Newspaper article THE JOURNAL RECORD

Lost, Furry and Found: Agencies Help Reunite Displaced Animals with Owners in Oklahoma

Newspaper article THE JOURNAL RECORD

Lost, Furry and Found: Agencies Help Reunite Displaced Animals with Owners in Oklahoma

Article excerpt

After disappearing from a tornado-shredded house in Moore for three days, Prudence the cocker spaniel has been reunited with her owner.

She was hiding in the closet with her owner, Ricki Finlay, when the tornado hit. Forty minutes after the storm ended, Finlay was pulled out of the rubble by her neighbors. Prudence wasn't there.

"We couldn't find her body, so I had high hopes that she was OK," Finlay said.

Prudence was one of the 83 animals returned to their owners by the Central Oklahoma Humane Society. The Oklahoma City facility received 142 animals after the May tornadoes, said Christy Counts, executive director. Many were severely injured, but all of the displaced animals were held safely in the Homeward Bound quarantine facility on 29th Street.

The tornado rescues were kept separate from the other animals, Counts said.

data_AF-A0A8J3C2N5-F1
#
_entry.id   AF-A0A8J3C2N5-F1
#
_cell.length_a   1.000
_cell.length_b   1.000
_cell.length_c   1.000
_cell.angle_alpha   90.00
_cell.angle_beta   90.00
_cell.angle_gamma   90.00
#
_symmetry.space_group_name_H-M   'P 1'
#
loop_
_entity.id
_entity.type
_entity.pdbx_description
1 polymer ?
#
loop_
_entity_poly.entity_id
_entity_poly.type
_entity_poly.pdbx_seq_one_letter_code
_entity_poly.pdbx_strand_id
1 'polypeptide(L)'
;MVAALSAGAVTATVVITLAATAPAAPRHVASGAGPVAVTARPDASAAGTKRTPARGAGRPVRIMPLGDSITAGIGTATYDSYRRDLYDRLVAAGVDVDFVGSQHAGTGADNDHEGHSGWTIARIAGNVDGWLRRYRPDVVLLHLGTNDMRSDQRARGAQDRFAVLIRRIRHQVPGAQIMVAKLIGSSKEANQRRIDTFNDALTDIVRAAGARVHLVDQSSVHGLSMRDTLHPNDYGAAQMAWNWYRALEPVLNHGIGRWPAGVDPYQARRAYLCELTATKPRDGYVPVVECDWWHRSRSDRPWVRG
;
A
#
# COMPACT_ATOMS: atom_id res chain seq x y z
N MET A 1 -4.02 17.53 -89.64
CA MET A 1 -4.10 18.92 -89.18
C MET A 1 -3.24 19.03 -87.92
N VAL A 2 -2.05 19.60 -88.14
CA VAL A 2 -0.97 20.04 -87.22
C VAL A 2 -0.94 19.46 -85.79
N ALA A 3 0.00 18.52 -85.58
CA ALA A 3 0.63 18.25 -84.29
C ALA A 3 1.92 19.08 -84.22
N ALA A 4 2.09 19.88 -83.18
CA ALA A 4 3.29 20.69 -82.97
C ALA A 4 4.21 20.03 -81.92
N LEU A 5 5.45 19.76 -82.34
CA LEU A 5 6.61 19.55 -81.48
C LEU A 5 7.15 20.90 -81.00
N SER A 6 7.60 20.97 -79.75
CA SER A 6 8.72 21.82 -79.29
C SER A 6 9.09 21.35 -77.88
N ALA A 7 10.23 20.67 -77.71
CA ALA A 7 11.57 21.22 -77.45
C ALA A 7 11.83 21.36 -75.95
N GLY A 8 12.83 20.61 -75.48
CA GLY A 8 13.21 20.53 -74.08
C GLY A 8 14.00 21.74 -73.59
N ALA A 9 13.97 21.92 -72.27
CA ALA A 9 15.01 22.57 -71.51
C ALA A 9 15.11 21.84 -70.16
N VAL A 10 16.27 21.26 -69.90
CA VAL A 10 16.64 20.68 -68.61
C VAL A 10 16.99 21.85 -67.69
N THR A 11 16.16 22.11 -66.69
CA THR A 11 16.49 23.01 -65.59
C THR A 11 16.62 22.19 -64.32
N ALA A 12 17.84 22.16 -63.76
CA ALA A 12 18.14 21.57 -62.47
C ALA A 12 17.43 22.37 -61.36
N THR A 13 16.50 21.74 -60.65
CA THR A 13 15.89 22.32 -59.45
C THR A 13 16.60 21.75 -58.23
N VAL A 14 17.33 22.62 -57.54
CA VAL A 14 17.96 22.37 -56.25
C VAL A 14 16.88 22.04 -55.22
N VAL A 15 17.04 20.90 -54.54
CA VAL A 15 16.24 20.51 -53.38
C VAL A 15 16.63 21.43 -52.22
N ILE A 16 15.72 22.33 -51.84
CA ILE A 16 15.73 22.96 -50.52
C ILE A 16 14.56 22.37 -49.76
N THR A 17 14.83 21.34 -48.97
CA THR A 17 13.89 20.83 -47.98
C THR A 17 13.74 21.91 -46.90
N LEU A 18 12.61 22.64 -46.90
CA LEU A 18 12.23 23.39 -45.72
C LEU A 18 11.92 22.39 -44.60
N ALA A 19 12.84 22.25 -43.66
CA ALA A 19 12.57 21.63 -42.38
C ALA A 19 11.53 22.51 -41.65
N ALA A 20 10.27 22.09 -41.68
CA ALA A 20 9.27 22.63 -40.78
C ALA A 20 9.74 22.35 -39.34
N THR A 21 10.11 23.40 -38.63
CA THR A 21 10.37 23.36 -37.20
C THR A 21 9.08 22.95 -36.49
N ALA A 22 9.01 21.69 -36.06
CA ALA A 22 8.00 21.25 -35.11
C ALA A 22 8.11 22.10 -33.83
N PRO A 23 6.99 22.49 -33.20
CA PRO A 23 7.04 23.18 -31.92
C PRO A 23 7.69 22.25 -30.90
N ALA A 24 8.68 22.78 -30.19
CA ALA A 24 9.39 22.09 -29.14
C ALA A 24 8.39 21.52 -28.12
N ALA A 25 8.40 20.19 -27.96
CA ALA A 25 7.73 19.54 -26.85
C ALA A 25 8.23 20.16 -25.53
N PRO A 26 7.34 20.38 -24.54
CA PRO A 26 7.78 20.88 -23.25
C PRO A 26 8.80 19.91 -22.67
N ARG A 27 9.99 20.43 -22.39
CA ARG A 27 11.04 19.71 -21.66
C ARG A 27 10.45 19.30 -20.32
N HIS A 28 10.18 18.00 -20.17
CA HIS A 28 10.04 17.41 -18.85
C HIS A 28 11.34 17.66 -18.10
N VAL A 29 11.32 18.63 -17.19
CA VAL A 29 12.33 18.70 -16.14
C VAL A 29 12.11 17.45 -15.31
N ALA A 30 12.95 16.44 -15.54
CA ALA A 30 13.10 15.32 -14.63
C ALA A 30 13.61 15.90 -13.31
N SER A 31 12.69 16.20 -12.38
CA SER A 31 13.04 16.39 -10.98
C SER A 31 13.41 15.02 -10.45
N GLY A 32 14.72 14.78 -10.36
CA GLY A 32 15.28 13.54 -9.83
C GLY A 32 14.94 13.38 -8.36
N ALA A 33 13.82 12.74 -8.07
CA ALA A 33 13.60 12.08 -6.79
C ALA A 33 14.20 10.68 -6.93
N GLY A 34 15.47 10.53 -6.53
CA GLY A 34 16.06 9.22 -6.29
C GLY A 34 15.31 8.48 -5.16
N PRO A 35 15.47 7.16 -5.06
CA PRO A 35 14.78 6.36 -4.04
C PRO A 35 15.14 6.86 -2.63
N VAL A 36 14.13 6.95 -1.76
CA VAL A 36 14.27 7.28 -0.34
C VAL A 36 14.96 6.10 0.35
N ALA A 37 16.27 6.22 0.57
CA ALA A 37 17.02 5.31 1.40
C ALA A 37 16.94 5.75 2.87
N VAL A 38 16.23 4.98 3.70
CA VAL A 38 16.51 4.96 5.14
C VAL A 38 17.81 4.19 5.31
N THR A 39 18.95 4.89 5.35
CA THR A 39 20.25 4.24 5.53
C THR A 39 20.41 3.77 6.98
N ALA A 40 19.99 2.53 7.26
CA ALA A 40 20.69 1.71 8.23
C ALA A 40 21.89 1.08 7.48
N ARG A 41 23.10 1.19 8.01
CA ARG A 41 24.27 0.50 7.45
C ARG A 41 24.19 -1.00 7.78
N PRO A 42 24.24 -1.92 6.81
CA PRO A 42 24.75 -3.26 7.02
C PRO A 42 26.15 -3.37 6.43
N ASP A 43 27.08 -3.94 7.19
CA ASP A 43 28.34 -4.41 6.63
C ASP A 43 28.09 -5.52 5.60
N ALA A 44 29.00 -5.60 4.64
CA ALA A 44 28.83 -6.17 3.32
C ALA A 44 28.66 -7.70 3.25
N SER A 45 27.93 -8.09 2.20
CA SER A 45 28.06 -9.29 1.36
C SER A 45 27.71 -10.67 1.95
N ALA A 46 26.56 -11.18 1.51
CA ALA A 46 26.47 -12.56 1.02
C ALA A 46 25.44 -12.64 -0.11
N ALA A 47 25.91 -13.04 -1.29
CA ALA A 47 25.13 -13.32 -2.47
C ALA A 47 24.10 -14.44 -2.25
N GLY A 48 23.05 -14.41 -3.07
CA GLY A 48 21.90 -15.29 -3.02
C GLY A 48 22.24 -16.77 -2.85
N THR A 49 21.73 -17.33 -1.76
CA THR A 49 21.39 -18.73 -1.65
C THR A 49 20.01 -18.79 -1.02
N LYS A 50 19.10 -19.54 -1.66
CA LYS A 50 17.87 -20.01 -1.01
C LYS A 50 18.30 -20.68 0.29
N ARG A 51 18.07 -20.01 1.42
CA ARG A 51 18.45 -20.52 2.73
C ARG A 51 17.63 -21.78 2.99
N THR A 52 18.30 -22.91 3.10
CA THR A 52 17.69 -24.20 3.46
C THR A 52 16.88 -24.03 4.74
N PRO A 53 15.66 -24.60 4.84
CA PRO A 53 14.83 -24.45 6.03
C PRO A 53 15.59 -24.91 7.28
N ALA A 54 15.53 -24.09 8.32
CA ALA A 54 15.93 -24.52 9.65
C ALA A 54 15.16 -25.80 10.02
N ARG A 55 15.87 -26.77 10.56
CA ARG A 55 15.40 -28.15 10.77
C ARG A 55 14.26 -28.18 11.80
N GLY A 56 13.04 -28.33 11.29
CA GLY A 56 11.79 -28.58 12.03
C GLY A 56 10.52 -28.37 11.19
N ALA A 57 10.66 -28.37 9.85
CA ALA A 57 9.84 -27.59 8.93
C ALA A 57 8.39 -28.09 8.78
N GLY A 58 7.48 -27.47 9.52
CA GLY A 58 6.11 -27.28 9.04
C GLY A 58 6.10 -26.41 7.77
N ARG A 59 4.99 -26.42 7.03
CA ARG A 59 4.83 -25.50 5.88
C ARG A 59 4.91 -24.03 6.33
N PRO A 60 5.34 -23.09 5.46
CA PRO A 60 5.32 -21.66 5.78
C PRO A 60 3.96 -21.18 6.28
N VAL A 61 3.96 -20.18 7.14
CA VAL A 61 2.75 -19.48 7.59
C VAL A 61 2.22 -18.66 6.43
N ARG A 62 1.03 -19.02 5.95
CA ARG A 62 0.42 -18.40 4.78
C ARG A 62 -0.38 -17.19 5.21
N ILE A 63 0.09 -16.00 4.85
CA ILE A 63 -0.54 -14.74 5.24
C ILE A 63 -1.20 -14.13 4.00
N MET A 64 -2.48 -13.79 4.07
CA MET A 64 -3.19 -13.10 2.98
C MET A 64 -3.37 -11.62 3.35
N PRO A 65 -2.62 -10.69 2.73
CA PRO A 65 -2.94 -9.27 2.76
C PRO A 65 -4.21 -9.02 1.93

More than three-quarters of the usual dogs that come to the Humane Society are sick when they get there, and they receive health care for a month before the adoption process begins. Counts called the tornado rescues a different population.

"These are all owned," she said. "They don't have health problems; they have their shots. They are just injured."

The most severely injured animals were sent to animal hospitals throughout the city, including Animal Emergency Center.

The capabilities of those facilities differ from the standard daytime facility, said Laurel Hazard, hospital manager.

"We're set up like an emergency room and we operate that way," she said.

On the night of the May 20 tornado, the facility was flooded with trauma patients. Waves of animals were treated for bone fractures and lacerations.

"It's not abnormal to see that, but the sheer volume was," Hazard said.

Projectile debris caused eye injuries and head trauma. Some came in with bodily impalements, most of which were caused by flying wood and roof shingles, Hazard said.

Although the Humane Society is still in the process of calculating expenditures throughout the past few weeks, it has already racked up about $40,000 in emergency room bills alone. Of the animals that weren't in the severely injured category, many received general veterinary care for free from volunteer veterinarians. …

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